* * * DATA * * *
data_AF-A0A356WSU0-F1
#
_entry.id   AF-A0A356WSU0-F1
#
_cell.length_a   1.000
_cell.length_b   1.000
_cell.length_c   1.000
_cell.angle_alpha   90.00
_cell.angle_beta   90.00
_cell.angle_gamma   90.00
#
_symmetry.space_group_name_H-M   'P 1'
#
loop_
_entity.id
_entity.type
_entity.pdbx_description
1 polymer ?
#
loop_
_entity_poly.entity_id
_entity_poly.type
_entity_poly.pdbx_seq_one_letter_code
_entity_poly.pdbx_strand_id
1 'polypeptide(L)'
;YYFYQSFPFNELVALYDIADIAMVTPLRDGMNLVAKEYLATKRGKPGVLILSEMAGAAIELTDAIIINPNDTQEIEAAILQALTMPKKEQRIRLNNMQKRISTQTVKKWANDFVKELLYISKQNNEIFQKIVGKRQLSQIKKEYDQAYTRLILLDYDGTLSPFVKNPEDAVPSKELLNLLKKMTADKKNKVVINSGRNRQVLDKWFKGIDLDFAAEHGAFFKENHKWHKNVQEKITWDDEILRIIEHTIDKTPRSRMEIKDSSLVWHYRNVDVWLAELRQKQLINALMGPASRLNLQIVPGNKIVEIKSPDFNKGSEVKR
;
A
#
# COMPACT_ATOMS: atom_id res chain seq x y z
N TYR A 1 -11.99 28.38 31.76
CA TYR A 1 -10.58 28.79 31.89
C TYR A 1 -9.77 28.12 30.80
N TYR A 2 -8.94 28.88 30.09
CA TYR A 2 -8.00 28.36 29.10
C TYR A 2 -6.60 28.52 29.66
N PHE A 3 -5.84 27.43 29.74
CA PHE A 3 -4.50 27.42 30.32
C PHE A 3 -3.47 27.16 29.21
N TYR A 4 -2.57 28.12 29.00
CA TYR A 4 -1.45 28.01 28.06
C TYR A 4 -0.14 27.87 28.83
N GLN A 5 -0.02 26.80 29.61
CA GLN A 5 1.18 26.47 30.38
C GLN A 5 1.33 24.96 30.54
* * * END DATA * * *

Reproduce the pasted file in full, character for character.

data_AF-A0A356WSU0-F1
#
_entry.id   AF-A0A356WSU0-F1
#
_cell.length_a   1.000
_cell.length_b   1.000
_cell.length_c   1.000
_cell.angle_alpha   90.00
_cell.angle_beta   90.00
_cell.angle_gamma   90.00
#
_symmetry.space_group_name_H-M   'P 1'
#
loop_
_entity.id
_entity.type
_entity.pdbx_description
1 polymer ?
#
loop_
_entity_poly.entity_id
_entity_poly.type
_entity_poly.pdbx_seq_one_letter_code
_entity_poly.pdbx_strand_id
1 'polypeptide(L)'
;YYFYQSFPFNELVALYDIADIAMVTPLRDGMNLVAKEYLATKRGKPGVLILSEMAGAAIELTDAIIINPNDTQEIEAAILQALTMPKKEQRIRLNNMQKRISTQTVKKWANDFVKELLYISKQNNEIFQKIVGKRQLSQIKKEYDQAYTRLILLDYDGTLSPFVKNPEDAVPSKELLNLLKKMTADKKNKVVINSGRNRQVLDKWFKGIDLDFAAEHGAFFKENHKWHKNVQEKITWDDEILRIIEHTIDKTPRSRMEIKDSSLVWHYRNVDVWLAELRQKQLINALMGPASRLNLQIVPGNKIVEIKSPDFNKGSEVKR
;
A
#
# COMPACT_ATOMS: atom_id res chain seq x y z
N TYR A 1 -11.99 28.38 31.76
CA TYR A 1 -10.58 28.79 31.89
C TYR A 1 -9.77 28.12 30.80
N TYR A 2 -8.94 28.88 30.09
CA TYR A 2 -8.00 28.36 29.10
C TYR A 2 -6.60 28.52 29.66
N PHE A 3 -5.84 27.43 29.74
CA PHE A 3 -4.50 27.42 30.32
C PHE A 3 -3.47 27.16 29.21
N TYR A 4 -2.57 28.12 29.00
CA TYR A 4 -1.45 28.01 28.06
C TYR A 4 -0.14 27.87 28.83
N GLN A 5 -0.02 26.80 29.61
CA GLN A 5 1.18 26.47 30.38
C GLN A 5 1.33 24.96 30.54